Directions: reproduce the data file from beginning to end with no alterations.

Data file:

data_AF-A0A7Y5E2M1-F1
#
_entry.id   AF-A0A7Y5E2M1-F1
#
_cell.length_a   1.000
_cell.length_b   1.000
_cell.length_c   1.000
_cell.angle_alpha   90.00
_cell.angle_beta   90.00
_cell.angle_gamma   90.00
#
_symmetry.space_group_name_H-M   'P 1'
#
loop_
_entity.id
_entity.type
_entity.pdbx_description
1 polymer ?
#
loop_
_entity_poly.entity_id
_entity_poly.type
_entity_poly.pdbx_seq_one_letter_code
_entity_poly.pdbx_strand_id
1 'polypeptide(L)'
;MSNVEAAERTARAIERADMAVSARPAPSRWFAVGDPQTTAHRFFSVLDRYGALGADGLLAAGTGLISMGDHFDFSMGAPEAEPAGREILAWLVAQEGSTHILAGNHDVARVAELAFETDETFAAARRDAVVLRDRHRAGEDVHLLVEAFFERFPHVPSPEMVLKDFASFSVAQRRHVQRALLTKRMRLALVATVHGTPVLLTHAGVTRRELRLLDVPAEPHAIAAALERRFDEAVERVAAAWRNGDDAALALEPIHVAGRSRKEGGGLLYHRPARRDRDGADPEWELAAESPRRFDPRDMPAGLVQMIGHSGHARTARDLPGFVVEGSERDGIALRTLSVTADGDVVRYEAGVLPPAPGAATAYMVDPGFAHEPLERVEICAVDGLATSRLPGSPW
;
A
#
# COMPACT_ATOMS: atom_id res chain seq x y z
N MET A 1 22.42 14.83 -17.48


data_AF-A0A7Y5E2M1-F1
#
_entry.id   AF-A0A7Y5E2M1-F1
#
_cell.length_a   1.000
_cell.length_b   1.000
_cell.length_c   1.000
_cell.angle_alpha   90.00
_cell.angle_beta   90.00
_cell.angle_gamma   90.00
#
_symmetry.space_group_name_H-M   'P 1'
#
loop_
_entity.id
_entity.type
_entity.pdbx_description
1 polymer ?
#
loop_
_entity_poly.entity_id
_entity_poly.type
_entity_poly.pdbx_seq_one_letter_code
_entity_poly.pdbx_strand_id
1 'polypeptide(L)'
;MSNVEAAERTARAIERADMAVSARPAPSRWFAVGDPQTTAHRFFSVLDRYGALGADGLLAAGTGLISMGDHFDFSMGAPEAEPAGREILAWLVAQEGSTHILAGNHDVARVAELAFETDETFAAARRDAVVLRDRHRAGEDVHLLVEAFFERFPHVPSPEMVLKDFASFSVAQRRHVQRALLTKRMRLALVATVHGTPVLLTHAGVTRRELRLLDVPAEPHAIAAALERRFDEAVERVAAAWRNGDDAALALEPIHVAGRSRKEGGGLLYHRPARRDRDGADPEWELAAESPRRFDPRDMPAGLVQMIGHSGHARTARDLPGFVVEGSERDGIALRTLSVTADGDVVRYEAGVLPPAPGAATAYMVDPGFAHEPLERVEICAVDGLATSRLPGSPW
;
A
#
# COMPACT_ATOMS: atom_id res chain seq x y z
N MET A 1 22.42 14.83 -17.48